In March of 2020, Brigham and Women’s Hospital purchased four additional extracorporeal membrane oxygenation (ECMO) machines to prepare for a possible surge of COVID-19. It wasn’t yet clear if ECMO could support critically ill COVID-19 patients, but early reports from China had shown promise.
A late-stage clinical trial is now underway at Brigham and Women’s Hospital to test a vaccine candidate for preventing COVID-19. The Brigham is the only hospital in New England to serve as a clinical research site in the phase 3 COVE study. The study is designed to evaluate the effectiveness and safety of the vaccine, mRNA-1273, and its ability to prevent COVID-19 illness.
The COVID-19 pandemic has uniquely affected outpatient prenatal care, which depends on frequent assessment of a pregnant mother and her fetus. At the start of the pandemic, the outpatient prenatal care program at Brigham and Women’s Hospital increased the use of virtual visits, allowing patients to regularly meet with their providers safely.
Investigators at Brigham and Women’s Hospital led the first study that offers national data on the factors that may increase the risk of complications or death in critically ill COVID-19 patients. David E. Leaf, MD, MMSc and Shruti Gupta, MD, MPH, physicians in the Brigham’s Division of Renal Medicine, led a team of more than 300 investigators from over 65 hospitals across the U.S. to examine the demographics, comorbidities, organ dysfunction, treatment and outcomes of patients with COVID-19 admitted to intensive care units (ICUs). Read More
In March of 2020, Mass General Brigham (MGB) implemented a universal masking policy that required all staff in the health care system to wear a surgical mask while in the hospital. MGB is comprised of 78,000 employees across 12 Massachusetts-based hospitals, including Brigham and Women’s Hospital and Massachusetts General Hospital (MGH).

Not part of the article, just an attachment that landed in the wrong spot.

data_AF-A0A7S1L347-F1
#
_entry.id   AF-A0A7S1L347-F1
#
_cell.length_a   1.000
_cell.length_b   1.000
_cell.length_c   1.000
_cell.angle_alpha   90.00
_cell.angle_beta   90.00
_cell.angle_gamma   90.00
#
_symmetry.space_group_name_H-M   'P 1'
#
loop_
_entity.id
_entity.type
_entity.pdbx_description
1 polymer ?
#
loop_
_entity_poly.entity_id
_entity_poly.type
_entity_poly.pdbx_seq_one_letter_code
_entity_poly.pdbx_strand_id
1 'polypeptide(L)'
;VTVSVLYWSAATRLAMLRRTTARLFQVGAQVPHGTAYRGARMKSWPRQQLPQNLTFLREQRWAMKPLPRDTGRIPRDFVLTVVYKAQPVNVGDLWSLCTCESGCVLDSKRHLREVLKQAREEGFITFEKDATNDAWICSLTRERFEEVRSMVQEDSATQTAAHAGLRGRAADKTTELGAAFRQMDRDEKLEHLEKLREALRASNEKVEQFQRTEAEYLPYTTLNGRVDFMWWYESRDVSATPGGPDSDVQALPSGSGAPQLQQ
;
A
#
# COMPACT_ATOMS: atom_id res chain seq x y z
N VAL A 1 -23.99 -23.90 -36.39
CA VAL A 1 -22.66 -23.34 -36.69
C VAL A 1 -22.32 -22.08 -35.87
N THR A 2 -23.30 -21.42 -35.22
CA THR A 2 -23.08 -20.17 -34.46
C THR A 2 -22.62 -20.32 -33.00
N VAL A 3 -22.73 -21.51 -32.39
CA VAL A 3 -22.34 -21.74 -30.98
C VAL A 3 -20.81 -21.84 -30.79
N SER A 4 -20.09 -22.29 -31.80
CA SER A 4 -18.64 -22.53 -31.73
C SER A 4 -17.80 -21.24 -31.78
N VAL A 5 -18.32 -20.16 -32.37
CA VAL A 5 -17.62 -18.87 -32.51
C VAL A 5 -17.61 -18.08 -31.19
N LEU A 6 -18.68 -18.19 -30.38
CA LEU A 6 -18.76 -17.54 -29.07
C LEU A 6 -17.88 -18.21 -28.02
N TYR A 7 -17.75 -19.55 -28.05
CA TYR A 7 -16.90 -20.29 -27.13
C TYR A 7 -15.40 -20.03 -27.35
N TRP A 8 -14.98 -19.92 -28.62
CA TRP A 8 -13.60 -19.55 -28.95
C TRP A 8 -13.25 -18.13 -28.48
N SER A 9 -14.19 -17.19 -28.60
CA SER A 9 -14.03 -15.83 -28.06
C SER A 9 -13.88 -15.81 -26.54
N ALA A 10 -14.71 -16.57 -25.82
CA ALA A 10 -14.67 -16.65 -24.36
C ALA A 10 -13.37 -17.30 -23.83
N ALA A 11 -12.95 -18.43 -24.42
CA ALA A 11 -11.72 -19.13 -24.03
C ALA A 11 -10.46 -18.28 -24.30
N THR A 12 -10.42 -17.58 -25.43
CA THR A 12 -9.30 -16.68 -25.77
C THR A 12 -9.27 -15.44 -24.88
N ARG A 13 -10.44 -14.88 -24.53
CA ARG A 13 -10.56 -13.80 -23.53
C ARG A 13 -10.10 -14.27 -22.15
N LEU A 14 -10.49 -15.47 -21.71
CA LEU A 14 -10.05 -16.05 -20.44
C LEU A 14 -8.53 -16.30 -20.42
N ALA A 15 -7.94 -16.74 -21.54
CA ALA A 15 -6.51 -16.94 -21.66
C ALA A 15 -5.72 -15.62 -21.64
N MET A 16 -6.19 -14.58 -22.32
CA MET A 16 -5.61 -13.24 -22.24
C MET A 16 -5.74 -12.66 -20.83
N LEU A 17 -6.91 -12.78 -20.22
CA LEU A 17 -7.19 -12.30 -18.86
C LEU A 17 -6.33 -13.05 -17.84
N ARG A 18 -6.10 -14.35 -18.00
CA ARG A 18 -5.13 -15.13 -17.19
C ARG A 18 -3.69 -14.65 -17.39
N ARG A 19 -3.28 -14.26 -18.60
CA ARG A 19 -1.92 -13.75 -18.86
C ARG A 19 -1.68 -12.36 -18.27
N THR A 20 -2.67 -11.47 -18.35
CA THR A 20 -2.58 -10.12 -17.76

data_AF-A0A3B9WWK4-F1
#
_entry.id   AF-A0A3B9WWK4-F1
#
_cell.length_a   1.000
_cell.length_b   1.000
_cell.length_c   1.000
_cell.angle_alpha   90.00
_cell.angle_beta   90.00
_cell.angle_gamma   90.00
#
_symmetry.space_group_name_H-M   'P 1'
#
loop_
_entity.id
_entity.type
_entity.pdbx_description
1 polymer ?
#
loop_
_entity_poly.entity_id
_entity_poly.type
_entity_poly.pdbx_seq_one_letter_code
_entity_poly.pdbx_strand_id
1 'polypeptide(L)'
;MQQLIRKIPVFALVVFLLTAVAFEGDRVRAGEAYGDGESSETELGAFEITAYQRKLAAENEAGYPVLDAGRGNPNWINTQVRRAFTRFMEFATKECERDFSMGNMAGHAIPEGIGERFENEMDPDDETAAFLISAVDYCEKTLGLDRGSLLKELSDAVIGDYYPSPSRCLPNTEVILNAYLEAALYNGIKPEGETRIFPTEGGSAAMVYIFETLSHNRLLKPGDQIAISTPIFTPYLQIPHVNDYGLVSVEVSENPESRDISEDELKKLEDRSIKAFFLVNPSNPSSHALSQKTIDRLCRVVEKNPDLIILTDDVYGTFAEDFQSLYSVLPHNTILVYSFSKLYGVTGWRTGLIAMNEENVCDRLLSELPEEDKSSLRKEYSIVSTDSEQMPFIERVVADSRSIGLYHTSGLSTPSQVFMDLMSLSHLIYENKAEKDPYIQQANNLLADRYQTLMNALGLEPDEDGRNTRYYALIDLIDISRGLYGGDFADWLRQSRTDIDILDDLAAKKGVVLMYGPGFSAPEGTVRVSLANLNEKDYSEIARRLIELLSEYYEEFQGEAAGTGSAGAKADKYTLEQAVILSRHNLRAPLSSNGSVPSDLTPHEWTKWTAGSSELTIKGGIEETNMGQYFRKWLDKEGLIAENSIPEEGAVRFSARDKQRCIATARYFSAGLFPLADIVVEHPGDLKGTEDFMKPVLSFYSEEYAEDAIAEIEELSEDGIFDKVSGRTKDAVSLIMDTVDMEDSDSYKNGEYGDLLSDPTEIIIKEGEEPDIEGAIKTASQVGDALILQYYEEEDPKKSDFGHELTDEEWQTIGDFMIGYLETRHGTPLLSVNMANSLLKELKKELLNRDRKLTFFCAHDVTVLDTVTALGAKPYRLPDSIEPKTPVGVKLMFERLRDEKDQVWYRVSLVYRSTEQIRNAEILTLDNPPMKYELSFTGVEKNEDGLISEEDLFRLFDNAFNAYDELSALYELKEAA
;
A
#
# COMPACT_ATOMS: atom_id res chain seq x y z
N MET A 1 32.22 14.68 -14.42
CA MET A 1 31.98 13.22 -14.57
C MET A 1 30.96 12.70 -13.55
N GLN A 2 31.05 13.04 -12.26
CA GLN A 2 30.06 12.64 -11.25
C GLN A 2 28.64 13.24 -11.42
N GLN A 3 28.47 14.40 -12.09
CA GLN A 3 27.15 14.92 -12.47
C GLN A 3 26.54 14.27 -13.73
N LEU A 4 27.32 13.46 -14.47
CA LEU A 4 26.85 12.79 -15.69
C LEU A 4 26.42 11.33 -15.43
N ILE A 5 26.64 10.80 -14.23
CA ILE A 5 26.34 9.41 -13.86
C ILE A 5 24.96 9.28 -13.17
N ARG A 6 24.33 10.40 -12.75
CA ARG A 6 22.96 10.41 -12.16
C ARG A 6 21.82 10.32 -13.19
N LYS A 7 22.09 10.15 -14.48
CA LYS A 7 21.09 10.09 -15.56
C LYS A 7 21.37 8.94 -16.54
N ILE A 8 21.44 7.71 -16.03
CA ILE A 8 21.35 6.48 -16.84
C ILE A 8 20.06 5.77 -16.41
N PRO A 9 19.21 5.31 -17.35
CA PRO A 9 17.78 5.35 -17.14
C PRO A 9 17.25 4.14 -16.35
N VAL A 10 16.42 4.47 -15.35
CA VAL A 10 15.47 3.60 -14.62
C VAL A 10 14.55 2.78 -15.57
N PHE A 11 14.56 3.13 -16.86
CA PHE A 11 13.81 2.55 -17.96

The Injection Molded Autoclavable, Scalable, Comfortable (iMASC) system developed by bioengineers and clinicians at Brigham and Women’s Hospital.
At Brigham and Women’s Hospital, the biomedical research lab of Giovanni Traverso, MB, BChir, PhD recently developed a new reusable, scalable alternative to N95 masks, which have been in short supply within healthcare settings during the COVID-19 pandemic.
While COVID-19 primarily affects the lungs of those infected, many patients have reported a wide range of unusual neurological symptoms. These include headaches, altered mental status, strokes, seizures and loss of smell. Many researchers have hoped that autopsies could shed light on the unknowns of COVID-19, caused by the novel coronavirus SARS-CoV-2.
From 7T MRI performed at Brigham and Women’s Hospital in Study Patient 1. This is a T2* gradient-echo sequence (0.8 mm isotropic voxels) showing a typical MS lesion (arrow) as oval, and bright, containing a central (dark) vessel.
During the COVID-19 pandemic, patients with multiple sclerosis (MS) and their clinicians have had questions and concerns about whether immunotherapies for MS could influence risk for infection or lead to an unfavorable outcome.
Remdesivir has emerged as a promising therapeutic candidate for the treatment of COVID-19 due to its ability to inhibit pathogenic animal and human coronaviruses, including severe acute respiratory syndrome 2 (SARS-CoV-2) and Middle East Respiratory Syndrome coronavirus (SARS-CoV-1).